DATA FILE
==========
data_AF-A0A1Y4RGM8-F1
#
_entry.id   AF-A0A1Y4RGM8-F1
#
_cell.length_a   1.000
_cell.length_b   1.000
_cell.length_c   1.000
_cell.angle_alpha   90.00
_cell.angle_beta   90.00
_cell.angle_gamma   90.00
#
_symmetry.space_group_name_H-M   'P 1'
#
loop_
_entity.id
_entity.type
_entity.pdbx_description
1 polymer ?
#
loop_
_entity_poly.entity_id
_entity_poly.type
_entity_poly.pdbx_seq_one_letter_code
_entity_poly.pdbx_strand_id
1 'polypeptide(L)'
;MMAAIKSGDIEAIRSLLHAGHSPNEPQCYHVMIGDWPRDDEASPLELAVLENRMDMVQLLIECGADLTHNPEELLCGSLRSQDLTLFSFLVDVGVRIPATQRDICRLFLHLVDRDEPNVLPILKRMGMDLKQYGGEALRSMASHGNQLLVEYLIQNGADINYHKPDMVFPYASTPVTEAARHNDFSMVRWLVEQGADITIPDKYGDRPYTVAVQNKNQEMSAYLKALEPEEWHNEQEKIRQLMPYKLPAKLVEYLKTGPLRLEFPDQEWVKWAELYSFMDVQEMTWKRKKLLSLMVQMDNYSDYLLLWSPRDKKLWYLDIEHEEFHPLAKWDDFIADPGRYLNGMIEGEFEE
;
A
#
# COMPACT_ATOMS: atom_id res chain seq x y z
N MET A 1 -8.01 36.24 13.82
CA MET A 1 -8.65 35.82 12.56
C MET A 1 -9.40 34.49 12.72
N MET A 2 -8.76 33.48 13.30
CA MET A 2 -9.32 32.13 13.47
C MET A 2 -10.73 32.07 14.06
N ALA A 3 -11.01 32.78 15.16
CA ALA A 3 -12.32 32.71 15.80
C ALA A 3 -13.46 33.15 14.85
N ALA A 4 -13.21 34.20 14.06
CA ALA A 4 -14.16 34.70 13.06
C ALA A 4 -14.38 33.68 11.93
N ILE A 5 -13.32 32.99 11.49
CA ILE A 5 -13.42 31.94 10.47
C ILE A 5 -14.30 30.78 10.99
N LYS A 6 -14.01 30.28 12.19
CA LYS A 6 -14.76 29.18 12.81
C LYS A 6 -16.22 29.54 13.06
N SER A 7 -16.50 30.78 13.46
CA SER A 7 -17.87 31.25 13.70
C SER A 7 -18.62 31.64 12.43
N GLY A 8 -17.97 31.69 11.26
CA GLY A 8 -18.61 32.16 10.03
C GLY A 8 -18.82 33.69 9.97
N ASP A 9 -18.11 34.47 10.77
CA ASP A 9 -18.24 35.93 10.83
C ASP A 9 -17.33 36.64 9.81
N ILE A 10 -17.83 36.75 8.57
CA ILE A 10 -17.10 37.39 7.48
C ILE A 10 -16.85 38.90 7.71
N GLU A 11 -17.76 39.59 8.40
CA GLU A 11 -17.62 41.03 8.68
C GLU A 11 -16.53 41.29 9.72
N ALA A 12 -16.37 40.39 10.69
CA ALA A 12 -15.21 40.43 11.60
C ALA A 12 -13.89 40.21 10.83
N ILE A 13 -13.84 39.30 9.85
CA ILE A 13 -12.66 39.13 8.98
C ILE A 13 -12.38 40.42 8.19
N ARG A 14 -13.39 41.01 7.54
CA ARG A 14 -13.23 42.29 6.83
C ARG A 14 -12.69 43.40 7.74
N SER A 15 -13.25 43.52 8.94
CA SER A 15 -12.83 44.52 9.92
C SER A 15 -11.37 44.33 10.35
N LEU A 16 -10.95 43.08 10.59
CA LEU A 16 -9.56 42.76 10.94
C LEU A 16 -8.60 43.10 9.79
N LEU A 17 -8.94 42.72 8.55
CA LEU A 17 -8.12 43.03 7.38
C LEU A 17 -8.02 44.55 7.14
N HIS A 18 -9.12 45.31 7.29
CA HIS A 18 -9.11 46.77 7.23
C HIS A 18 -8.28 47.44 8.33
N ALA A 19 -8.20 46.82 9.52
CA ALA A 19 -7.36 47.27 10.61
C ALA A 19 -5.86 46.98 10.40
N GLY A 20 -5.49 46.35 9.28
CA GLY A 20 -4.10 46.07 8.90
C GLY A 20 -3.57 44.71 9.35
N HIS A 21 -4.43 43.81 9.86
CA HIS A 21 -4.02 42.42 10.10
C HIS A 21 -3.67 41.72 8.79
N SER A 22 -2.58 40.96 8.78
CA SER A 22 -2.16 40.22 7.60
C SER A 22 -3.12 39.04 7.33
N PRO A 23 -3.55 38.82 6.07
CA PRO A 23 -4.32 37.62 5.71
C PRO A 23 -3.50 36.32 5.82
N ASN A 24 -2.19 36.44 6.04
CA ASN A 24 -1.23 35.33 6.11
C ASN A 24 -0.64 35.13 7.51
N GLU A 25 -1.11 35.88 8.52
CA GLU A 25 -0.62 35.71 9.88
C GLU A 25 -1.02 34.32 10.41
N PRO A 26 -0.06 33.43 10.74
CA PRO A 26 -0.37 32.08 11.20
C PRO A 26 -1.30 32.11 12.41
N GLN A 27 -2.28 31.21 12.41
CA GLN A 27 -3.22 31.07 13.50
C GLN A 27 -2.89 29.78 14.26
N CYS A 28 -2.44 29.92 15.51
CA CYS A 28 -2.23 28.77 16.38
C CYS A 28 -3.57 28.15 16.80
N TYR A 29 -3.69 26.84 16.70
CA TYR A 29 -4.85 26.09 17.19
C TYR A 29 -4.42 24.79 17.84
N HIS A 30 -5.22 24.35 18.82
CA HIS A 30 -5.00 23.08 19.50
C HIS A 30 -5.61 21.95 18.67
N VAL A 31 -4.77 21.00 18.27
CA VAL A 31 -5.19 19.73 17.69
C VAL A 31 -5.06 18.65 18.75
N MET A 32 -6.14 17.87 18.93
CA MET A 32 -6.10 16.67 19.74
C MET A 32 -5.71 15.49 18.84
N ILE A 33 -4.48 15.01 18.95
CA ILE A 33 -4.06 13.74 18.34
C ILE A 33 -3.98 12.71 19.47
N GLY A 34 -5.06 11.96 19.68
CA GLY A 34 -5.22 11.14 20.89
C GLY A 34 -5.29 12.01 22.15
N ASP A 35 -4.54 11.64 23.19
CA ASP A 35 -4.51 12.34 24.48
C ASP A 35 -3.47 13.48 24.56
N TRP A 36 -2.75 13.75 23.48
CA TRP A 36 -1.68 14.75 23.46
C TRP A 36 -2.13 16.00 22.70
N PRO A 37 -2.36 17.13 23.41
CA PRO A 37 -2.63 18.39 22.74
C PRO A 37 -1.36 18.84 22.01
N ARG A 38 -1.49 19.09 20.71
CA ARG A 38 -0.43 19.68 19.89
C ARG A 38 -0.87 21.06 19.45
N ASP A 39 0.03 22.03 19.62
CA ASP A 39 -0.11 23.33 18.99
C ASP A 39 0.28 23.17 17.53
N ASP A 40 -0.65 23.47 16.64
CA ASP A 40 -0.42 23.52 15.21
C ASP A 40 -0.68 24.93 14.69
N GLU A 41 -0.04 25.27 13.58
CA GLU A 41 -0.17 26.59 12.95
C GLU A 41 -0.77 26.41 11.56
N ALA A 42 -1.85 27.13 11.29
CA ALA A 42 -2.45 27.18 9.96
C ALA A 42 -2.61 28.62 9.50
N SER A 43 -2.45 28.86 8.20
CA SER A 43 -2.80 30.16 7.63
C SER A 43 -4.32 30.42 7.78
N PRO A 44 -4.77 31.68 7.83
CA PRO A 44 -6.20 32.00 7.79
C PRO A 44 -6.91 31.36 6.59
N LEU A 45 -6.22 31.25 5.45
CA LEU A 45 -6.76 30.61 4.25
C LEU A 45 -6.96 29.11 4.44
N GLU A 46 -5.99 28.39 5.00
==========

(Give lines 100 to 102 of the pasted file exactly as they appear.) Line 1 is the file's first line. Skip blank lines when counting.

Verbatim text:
N ASN A 24 -2.19 36.44 6.04
CA ASN A 24 -1.23 35.33 6.11
C ASN A 24 -0.64 35.13 7.51